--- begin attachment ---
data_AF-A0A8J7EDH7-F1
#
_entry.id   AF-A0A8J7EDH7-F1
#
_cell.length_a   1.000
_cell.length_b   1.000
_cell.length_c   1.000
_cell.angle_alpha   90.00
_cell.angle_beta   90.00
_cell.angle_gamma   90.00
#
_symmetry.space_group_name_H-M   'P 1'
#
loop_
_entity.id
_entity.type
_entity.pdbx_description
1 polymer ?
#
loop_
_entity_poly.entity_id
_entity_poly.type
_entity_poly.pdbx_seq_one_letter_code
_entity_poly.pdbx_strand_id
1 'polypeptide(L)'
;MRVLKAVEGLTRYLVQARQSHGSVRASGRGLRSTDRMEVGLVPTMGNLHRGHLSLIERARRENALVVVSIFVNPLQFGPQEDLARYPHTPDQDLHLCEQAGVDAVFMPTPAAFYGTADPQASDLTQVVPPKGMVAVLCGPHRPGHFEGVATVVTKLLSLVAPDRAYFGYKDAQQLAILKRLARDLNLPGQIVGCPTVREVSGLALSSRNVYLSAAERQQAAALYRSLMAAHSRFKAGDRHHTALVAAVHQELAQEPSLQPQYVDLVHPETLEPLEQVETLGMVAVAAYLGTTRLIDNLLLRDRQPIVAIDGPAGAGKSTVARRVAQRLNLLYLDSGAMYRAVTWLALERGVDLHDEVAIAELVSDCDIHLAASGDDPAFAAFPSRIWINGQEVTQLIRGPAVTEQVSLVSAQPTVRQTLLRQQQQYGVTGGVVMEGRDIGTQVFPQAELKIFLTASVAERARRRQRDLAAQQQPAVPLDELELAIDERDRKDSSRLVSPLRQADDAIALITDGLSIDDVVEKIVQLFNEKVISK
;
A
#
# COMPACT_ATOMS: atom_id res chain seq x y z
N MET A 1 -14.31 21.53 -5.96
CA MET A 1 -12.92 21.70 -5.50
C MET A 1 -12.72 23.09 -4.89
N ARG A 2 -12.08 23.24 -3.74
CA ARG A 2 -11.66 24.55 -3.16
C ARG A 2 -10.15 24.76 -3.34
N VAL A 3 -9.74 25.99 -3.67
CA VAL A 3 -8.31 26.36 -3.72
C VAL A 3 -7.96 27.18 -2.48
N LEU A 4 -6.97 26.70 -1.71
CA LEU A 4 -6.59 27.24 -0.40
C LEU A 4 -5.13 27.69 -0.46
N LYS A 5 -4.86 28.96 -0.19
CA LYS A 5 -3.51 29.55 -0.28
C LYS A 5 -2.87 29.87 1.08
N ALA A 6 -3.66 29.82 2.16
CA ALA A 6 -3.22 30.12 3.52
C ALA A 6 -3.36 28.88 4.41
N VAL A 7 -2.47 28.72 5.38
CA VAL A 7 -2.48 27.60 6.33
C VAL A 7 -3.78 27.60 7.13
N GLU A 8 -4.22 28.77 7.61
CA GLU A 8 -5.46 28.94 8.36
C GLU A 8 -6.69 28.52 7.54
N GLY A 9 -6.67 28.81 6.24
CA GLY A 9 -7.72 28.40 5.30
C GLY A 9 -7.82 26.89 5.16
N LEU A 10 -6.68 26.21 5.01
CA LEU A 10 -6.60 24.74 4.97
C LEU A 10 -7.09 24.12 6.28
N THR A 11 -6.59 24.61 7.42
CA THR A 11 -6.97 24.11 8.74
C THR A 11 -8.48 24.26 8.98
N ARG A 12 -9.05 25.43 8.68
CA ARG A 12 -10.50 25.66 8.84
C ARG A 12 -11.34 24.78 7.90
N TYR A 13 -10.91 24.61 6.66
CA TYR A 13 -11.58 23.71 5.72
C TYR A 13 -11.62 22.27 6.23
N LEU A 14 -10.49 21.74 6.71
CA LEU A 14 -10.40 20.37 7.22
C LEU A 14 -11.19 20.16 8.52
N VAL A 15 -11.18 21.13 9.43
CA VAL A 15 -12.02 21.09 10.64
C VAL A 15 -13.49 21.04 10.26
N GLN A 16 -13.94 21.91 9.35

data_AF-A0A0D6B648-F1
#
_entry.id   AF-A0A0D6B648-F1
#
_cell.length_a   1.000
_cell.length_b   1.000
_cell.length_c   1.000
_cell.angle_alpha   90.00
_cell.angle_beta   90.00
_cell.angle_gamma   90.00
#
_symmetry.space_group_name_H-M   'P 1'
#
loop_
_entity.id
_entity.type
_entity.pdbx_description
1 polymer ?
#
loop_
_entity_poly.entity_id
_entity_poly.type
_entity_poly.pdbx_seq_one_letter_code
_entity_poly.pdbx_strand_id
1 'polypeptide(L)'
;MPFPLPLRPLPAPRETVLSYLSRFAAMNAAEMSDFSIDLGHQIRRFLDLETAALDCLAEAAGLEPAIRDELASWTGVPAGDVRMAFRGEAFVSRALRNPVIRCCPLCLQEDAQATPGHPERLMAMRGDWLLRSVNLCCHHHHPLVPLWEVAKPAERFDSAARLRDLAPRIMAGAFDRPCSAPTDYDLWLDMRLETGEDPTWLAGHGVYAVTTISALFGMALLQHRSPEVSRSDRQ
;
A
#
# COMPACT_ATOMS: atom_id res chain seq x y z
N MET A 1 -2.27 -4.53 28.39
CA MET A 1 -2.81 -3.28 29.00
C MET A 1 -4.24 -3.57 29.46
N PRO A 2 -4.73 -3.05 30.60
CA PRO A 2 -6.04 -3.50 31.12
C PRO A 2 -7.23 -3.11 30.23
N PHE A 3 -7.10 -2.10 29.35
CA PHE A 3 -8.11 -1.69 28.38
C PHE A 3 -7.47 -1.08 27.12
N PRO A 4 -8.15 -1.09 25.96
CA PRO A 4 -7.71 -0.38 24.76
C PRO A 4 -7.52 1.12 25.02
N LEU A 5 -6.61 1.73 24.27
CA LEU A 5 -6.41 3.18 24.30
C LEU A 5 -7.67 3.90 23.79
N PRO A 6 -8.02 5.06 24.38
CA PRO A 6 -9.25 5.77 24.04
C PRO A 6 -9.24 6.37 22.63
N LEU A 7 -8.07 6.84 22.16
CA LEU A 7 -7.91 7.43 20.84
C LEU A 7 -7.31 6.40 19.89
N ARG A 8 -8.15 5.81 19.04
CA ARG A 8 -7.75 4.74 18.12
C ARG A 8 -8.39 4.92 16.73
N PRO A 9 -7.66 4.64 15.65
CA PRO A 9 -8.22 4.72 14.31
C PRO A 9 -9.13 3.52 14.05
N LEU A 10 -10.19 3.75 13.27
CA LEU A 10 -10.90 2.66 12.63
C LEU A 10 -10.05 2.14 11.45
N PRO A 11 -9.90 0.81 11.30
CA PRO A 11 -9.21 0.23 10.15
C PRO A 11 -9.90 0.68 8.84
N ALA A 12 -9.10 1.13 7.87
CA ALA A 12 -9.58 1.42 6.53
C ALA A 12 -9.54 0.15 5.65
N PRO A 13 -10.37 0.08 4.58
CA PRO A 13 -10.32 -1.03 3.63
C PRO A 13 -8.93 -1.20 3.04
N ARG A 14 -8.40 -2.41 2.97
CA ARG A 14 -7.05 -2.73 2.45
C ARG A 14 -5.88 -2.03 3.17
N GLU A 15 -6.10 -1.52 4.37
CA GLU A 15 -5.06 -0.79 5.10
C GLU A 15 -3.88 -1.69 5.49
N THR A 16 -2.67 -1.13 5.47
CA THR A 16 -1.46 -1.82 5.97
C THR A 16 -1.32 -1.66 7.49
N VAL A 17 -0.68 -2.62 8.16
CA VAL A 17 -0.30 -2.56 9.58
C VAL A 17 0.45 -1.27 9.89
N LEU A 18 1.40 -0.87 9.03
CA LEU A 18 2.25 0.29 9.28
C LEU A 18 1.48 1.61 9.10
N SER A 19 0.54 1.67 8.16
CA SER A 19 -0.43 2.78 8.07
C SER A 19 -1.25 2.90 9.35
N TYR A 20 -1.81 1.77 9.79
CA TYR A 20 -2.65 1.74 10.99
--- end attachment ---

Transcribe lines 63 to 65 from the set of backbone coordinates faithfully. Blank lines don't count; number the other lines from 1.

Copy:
C THR A 11 -8.48 24.26 8.98
N ARG A 12 -9.05 25.43 8.68
CA ARG A 12 -10.50 25.66 8.84